We see so many people in the course of a month. Some just fly by on the freeway, others share an elevator. Circumstances may cause us to spend a little more time with folks who were formerly strangers. How we handle those events makes a lasting effect on us, and on them. Common experiences unite us, forming instant bonds.
We’ve seen the passengers and crew of the “Miracle on the Hudson” plane crash many times during the past few weeks. Those survivors plan to keep in touch. They bonded because of the fear, then relief and joy they all felt when the absolutely fabulous pilot and crew quite literally made it possible for them to rejoin their families after that flight.
Once, I made such a vow after serving on a jury for a few days. The common experience we shared and the intense discussion while coming to a very important decision made us feel very close to each other for three long days. I never got in touch with any of them afterwards, though we exchanged phone numbers. Perhaps we were all relieved to resume our normal lives, and never felt the need to relive the tension of that time.
Sometimes, a long wait generates strange bonds. While waiting in a hospital emergency room recently, I became acquainted with a young girl who was facing a rough day very bravely. Her family group included her mom, a brother, and a dad who was waiting to see the doctor. The brother was quite literally a handful for their mom, but this little girl was content to watch a DVD on her portable player. I admired her patience, and felt she was probably used to not being the center of attention. As time wore on, her mom brought each of them a bag of cookies, and the little girl had a catastrophe of sorts when the bag opened with a pop, spewing cookies all over her little lap. I offered an empty Ziploc bag from my purse to help her organize them, and her smiling mom thanked me. The little girl moved over to sit beside me so that I could watch the video with her, and a friendship was formed. If I never see this family again, at least we all faced that day with a little bit calmer attitude.
We need to be careful of the impressions we leave with those we come in contact with. Especially if that person has a very good memory. I’m recalling an incident that happened when our former president was governor of Arkansas. Like many State employees, I had become very comfortable in our State’s Capitol building. I often walked over to eat lunch, cash a check, mail a letter. One day when the legislature was not in session, and the halls were unusually quiet, I was whistling as I walked through the first floor rotunda. Unfortunately, the building was not as empty as it seemed. As I rounded a turn, I found myself facing a phalanx of TV lights, and reporters with microphones. Governor Clinton was answering questions, and I was trying to become invisible as quickly as possible. I reassured myself with the probability that I would never be that close to him again, and he would forget all about the interruption. Still a little red-faced, I was walking through the cafeteria line when I noticed the person behind me getting a lot of attention from the servers. You’re way ahead of me. Of course, it was Himself, trying to decide between chicken fried steak and roast beef. I took a deep breath, and said “I’m really sorry about what happened a little bit ago. I hope I didn’t cause you any problem.” He flashed that famous smile and said, “No, that was a whole lot more fun than what they were asking me about.” Besides his smile, this man is famous for never forgetting a face. So, whenever I passed him after that, he’d always wave, and chuckle a little. I guess the impression I left continued to entertain. Glad to be of service, Mr. President.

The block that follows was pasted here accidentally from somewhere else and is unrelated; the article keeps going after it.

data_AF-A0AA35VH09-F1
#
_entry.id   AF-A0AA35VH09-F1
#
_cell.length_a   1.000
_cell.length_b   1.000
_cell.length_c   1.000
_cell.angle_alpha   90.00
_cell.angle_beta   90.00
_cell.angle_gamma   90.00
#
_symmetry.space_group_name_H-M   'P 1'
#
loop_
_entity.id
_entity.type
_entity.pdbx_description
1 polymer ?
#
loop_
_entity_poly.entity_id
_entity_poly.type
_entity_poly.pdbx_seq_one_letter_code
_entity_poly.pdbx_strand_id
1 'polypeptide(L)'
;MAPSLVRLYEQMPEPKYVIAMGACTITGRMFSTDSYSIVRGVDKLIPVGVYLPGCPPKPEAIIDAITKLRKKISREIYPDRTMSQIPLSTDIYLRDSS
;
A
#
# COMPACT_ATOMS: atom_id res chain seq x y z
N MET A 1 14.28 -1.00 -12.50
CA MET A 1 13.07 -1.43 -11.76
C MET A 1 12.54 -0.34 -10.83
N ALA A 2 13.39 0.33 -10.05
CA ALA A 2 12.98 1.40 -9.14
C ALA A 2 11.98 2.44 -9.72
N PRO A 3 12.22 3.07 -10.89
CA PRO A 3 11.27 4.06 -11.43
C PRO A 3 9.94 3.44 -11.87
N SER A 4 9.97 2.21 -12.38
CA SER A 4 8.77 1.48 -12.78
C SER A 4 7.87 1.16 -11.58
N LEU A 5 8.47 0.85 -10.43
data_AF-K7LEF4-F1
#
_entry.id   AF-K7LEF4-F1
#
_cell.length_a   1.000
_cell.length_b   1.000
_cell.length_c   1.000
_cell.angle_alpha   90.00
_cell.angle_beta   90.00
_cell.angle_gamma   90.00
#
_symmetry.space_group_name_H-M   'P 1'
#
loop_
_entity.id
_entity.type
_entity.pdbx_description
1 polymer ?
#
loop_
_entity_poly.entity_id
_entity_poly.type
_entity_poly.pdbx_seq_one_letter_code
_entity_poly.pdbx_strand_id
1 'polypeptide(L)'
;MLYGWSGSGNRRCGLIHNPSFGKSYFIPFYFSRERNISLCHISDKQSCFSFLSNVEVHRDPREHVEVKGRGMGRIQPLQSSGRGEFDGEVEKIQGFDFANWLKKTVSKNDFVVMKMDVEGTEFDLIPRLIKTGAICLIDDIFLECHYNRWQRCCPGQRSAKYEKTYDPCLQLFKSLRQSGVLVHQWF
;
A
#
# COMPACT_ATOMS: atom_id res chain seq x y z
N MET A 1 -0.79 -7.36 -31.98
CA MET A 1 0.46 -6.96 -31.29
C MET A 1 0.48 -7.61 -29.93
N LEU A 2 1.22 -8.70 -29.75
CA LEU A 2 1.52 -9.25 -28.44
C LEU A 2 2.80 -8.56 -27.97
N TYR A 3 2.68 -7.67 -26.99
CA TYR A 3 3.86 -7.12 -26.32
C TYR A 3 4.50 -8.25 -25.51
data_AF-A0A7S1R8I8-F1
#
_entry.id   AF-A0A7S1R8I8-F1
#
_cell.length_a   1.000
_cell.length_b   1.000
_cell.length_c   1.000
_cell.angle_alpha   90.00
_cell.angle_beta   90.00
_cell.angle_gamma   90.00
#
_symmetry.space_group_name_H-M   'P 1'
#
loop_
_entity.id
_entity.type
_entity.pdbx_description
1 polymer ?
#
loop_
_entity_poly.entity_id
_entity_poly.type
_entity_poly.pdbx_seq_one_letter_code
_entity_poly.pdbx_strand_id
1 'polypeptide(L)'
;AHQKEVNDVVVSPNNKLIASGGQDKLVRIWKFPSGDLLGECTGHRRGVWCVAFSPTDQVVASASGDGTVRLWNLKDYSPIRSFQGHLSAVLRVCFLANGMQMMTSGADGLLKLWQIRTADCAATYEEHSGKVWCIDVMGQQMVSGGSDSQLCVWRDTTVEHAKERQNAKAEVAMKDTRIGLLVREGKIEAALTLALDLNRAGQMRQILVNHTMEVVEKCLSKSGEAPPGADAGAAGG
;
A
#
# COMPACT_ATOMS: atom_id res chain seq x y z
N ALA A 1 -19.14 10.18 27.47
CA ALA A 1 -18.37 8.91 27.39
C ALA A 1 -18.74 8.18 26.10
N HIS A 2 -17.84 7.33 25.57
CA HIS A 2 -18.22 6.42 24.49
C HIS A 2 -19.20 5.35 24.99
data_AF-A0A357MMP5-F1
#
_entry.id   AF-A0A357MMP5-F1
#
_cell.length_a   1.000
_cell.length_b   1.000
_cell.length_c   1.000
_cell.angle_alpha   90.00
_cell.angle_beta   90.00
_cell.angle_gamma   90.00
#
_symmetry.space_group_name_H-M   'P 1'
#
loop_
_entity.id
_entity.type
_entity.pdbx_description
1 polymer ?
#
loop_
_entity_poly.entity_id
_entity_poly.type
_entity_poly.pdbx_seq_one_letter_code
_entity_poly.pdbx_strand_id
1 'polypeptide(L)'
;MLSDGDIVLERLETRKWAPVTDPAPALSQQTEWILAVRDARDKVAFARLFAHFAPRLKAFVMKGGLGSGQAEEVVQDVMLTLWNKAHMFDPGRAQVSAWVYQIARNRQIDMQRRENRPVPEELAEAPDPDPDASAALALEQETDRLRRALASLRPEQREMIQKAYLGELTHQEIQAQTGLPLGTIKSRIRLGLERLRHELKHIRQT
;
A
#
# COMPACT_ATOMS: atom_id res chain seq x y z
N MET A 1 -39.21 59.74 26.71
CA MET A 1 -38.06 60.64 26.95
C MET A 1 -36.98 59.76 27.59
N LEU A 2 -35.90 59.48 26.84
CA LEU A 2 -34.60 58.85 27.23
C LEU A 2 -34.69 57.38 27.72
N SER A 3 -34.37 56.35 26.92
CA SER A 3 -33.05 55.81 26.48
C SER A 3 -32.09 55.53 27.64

When we have maintained a relationship for a long period of time, we often look back to remember our first encounter with that person. When I moved here from Kansas as a senior in High School, my sister was my only friend. We quickly bonded with a small group who were members of the school’s band. As we waited to enter the school building each morning, a tall, very friendly young man often waited with us. I thought his name, Carlisle, was unusual, but then, not being from around here, I was in no place to judge. He always made us smile, and I found myself entering the school by that same door each time, hoping he would be there. Soon, I learned that Carlisle was his last name, not his first, but the polite good humor continued. When he learned I was headed to shorthand class, he would pull one of his arms up a little, and caution me not to come out looking lop-sided. It took all year, but he finally asked me to the senior prom, and the rest is history.
The moral to all this rambling? Be careful of first impressions. As the Bible says, we might be entertaining angels (or future presidents, or future spouses) unaware!